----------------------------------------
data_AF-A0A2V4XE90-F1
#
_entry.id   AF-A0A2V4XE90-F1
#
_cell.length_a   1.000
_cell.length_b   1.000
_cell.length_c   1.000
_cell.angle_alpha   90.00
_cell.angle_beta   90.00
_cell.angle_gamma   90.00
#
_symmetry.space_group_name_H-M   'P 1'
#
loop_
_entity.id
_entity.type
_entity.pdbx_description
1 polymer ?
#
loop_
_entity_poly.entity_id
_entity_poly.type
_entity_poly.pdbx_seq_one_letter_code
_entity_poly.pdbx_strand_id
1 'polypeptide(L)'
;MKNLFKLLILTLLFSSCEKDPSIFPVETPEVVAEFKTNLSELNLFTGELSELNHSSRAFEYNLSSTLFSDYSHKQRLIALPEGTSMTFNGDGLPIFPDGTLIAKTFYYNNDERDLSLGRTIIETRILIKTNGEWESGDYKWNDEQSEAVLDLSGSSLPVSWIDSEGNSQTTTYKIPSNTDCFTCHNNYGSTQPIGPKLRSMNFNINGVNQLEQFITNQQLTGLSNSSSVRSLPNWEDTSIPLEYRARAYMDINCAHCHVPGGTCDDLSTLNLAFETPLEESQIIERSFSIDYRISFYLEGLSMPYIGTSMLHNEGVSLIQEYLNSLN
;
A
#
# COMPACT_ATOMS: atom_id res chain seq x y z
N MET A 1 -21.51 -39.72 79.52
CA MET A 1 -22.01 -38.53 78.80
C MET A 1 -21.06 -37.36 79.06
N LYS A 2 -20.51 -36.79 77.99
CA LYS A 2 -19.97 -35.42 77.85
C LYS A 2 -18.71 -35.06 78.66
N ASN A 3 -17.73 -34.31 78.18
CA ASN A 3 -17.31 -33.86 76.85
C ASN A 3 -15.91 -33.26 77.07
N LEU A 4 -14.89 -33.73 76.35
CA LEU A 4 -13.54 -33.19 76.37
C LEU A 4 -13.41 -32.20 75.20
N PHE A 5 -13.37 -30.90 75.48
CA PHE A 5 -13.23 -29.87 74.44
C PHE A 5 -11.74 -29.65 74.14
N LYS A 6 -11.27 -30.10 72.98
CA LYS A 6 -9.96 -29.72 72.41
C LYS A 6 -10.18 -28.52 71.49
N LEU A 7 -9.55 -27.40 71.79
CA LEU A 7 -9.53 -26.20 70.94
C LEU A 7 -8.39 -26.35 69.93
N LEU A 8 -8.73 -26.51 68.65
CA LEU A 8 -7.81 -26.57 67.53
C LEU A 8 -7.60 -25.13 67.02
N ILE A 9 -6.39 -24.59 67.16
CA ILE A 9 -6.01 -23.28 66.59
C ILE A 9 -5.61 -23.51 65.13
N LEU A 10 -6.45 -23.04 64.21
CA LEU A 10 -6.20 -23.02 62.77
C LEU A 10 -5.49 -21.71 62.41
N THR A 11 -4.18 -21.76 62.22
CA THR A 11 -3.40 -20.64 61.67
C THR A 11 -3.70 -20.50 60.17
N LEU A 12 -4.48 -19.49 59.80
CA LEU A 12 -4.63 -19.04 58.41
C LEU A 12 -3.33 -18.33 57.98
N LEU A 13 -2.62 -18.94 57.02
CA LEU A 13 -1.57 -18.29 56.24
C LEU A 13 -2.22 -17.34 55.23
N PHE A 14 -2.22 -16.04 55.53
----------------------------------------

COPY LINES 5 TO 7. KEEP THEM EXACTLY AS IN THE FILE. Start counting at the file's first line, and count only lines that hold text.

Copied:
_cell.length_a   1.000
_cell.length_b   1.000
_cell.length_c   1.000